In fact, not even attempts to stop the vehicle's cameras with guns worked, as the bullets could not get through the 3 inches of bulletproof plastic.
An attempt by an undersheriff to find a place at the top of the bulldozer from which to get inside did not pan out either, as there was debris falling all around him. Additionally, having foreseen this move, Marvin had greased up the shell, which is why the undersheriff slipped off and abandoned that plan.
When the authorities realized how helpless they were, desperation started to creep in. After all, the deranged man could turn against civilians without anyone being able to stop him. That is why they even considered using a missile, but before they could carry out this plan, Marvin got stuck in the basement of a store he was destroying.
However, the office of the governor has denied ever having any such plan. A missile would have done more than stop the demolition on its tracks: it would also have caused substantial collateral damage far greater than that caused by Marvin and his Killdozer.
By the time the demolition stopped, the bulldozer's radiator had suffered some serious damage. Additionally, the engine failed, and it was leaking various fluids. After that, a gunshot was heard inside the heavily fortified cabin. Authorities later learned that it was Marvin shooting himself in the head with a handgun.
Explosives were also used as an attempt to gain access into the bulldozer after the destruction stopped, but this technique was no match for the thick steel plates used in its construction. Eventually, the only option was to use an oxyacetylene cutting torch.
Marvin left behind some thoughts on the motivations behind his actions. In total, there were three tapes and some writings on the wall of his shed.
The tapes were mailed to his brother in South Dakota before he got into the bulldozer. They were later handed over to the FBI, and the recordings totaled about two and a half hours. The last of his recordings were made about two weeks before the destruction he carried out.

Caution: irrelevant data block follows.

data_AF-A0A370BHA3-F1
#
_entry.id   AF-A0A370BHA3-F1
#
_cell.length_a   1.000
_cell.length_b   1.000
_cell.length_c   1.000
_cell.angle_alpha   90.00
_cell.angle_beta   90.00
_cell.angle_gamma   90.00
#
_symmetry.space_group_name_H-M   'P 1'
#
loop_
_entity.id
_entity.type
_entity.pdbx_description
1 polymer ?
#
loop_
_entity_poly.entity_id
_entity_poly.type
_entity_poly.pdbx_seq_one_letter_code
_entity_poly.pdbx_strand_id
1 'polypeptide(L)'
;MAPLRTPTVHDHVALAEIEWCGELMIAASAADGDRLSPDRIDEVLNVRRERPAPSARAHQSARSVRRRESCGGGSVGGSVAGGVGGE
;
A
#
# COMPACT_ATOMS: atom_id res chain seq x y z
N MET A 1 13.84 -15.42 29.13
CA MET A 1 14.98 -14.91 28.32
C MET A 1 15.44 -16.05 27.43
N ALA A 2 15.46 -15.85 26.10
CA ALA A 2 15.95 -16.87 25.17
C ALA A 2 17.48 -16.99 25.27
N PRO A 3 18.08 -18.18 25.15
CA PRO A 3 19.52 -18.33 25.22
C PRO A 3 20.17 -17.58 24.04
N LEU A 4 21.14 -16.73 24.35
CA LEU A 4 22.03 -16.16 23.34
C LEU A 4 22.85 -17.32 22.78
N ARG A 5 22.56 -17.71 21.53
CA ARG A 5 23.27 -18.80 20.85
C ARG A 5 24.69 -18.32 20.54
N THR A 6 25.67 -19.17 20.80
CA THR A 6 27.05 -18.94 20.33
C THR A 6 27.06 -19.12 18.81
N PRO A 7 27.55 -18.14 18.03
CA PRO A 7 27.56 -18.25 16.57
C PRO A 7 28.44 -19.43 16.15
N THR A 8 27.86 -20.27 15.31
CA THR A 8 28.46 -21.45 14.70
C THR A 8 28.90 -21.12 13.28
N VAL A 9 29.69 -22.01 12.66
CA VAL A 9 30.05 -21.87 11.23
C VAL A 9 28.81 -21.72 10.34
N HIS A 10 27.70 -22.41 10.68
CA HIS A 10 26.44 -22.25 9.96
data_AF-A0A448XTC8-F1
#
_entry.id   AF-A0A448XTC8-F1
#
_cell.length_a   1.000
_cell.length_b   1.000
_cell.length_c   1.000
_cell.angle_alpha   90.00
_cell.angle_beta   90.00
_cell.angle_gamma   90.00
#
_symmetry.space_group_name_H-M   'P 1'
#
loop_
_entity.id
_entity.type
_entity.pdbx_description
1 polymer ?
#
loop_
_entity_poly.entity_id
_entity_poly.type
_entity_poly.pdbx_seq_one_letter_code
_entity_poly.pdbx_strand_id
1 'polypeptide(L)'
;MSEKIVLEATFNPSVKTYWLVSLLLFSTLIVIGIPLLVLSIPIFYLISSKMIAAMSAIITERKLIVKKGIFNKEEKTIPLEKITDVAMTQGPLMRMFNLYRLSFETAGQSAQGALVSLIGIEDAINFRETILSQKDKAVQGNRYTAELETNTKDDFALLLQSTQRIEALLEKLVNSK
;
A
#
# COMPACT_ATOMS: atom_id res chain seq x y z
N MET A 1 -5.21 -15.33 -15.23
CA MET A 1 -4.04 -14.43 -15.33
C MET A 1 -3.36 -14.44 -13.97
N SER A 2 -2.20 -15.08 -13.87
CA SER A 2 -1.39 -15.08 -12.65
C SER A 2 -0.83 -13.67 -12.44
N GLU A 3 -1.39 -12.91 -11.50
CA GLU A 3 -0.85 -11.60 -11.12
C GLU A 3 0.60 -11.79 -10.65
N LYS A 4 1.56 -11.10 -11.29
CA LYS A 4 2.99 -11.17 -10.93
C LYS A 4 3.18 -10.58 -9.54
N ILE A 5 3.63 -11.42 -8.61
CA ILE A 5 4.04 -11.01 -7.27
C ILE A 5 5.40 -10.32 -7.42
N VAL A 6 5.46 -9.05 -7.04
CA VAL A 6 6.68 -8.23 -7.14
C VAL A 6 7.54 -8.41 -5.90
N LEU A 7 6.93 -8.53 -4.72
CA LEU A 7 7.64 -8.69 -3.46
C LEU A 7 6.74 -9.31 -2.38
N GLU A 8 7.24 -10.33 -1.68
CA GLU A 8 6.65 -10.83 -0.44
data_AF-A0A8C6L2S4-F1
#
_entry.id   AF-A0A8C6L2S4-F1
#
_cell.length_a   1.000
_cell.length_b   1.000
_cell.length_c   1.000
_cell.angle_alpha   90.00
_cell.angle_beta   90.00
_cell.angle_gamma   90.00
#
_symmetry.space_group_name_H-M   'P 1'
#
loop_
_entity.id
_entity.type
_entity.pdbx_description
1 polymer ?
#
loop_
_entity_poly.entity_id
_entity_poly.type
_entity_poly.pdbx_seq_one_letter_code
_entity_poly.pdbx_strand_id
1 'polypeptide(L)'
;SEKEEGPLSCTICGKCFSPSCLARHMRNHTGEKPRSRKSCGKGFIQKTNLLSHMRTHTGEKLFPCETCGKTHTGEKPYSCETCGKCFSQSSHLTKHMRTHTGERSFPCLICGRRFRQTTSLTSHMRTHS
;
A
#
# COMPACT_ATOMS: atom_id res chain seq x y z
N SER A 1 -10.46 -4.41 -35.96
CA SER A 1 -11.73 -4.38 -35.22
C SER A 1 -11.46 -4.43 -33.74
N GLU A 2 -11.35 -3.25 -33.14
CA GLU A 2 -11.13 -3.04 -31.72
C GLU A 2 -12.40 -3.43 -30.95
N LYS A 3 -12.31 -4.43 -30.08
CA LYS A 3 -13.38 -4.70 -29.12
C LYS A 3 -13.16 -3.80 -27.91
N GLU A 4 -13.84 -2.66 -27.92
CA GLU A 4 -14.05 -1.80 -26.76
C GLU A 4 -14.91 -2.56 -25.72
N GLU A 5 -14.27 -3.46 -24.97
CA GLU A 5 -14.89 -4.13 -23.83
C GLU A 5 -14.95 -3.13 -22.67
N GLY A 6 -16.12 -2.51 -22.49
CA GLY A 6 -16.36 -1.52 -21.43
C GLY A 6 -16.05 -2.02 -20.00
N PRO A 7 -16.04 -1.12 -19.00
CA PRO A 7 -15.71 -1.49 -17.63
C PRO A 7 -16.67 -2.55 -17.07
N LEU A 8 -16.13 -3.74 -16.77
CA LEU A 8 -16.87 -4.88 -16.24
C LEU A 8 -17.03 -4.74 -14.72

He explained that God had made him for the job and that the reason he was not married was so that he could carry out the attack. In the tapes, he wrote:
"It is my duty. God asked me to do this. It's a cross that I am going to carry and I'm carrying it in God's name."
His targets included the buildings he damaged, a local Catholic church, and many people who had opposed him in past disputes, including the mayor. However, his main target was the concrete plant, which he did not want anywhere near his shop. He was also unhappy with the zoning decisions that did not favor him:
"I was always willing to be reasonable until I had to be unreasonable. Sometimes reasonable men must do unreasonable things."
In the recordings, he called the modified Komatsu D355A an "MK Tank." The bulldozer could not be destroyed using explosives or fire from small arms. Additionally, the bulldozer offered no direct access to the outside. Therefore, it had many video cameras for visibility, and they were connected to two monitors.
Some People Consider Marvin A Hero
As far as some people were concerned, Marvin was victimized by an indifferent government, which approved the construction of a concrete plant without considering its impact on his muffler business.
For this reason, many people see him as a "little guy" who had the guts to stand up to "the man," which makes him a hero.
However, those affected by his destruction directly don't feel the same way. Marvin was armed, he fired shots, and he destroyed buildings still occupied moments before he carried out the demolitions. That means he could easily have hurt several people were it not for blind luck and the fact that his bulldozer broke down before he had the chance.
Although Marvin was wronged, he also wronged many.
That is why people still debate to this day if he was a hero or not. His actions have already inspired two movies and similar reactions from people who feel that the authorities are oppressing them.
Eventually, his Killdozer was sent off in several pieces to various scrap yards so that his admirers wouldn't use it is as a blueprint to make similar pieces of equipment.